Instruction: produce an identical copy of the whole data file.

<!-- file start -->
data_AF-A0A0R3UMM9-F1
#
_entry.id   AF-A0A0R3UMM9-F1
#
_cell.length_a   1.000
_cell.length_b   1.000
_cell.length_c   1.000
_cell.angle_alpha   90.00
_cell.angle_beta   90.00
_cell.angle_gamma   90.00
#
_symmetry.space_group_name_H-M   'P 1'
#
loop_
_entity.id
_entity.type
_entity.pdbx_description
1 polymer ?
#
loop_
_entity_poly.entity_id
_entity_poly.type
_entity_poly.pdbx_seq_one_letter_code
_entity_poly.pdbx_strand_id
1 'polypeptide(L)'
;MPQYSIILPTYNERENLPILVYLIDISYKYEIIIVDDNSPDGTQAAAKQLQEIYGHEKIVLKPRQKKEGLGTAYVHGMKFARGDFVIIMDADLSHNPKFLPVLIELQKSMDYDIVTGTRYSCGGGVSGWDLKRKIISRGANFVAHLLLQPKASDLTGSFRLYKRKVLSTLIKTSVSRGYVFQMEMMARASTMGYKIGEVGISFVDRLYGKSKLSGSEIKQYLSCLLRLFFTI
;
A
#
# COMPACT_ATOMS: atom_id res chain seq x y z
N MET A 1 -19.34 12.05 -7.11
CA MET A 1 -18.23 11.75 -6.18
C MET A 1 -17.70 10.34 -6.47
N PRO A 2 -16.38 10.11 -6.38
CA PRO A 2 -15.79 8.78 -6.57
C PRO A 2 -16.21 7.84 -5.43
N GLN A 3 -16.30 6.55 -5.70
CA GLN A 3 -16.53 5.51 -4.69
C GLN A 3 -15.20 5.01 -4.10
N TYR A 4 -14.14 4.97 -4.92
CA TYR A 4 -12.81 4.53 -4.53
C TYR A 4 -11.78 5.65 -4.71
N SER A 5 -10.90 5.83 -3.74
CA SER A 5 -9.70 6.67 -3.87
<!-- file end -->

data_AF-A0A0R3UMM9-F1
#
_entry.id   AF-A0A0R3UMM9-F1
#
_cell.length_a   1.000
_cell.length_b   1.000
_cell.length_c   1.000
_cell.angle_alpha   90.00
_cell.angle_beta   90.00
_cell.angle_gamma   90.00
#
_symmetry.space_group_name_H-M   'P 1'
#
loop_
_entity.id
_entity.type
_entity.pdbx_description
1 polymer ?
#
loop_
_entity_poly.entity_id
_entity_poly.type
_entity_poly.pdbx_seq_one_letter_code
_entity_poly.pdbx_strand_id
1 'polypeptide(L)'
;MPQYSIILPTYNERENLPILVYLIDISYKYEIIIVDDNSPDGTQAAAKQLQEIYGHEKIVLKPRQKKEGLGTAYVHGMKFARGDFVIIMDADLSHNPKFLPVLIELQKSMDYDIVTGTRYSCGGGVSGWDLKRKIISRGANFVAHLLLQPKASDLTGSFRLYKRKVLSTLIKTSVSRGYVFQMEMMARASTMGYKIGEVGISFVDRLYGKSKLSGSEIKQYLSCLLRLFFTI
;
A
#
# COMPACT_ATOMS: atom_id res chain seq x y z
N MET A 1 -19.34 12.05 -7.11
CA MET A 1 -18.23 11.75 -6.18
C MET A 1 -17.70 10.34 -6.47
N PRO A 2 -16.38 10.11 -6.38
CA PRO A 2 -15.79 8.78 -6.57
C PRO A 2 -16.21 7.84 -5.43
N GLN A 3 -16.30 6.55 -5.70
CA GLN A 3 -16.53 5.51 -4.69
C GLN A 3 -15.20 5.01 -4.10
N TYR A 4 -14.14 4.97 -4.92
CA TYR A 4 -12.81 4.53 -4.53
C TYR A 4 -11.78 5.65 -4.71
N SER A 5 -10.90 5.83 -3.74
CA SER A 5 -9.70 6.67 -3.87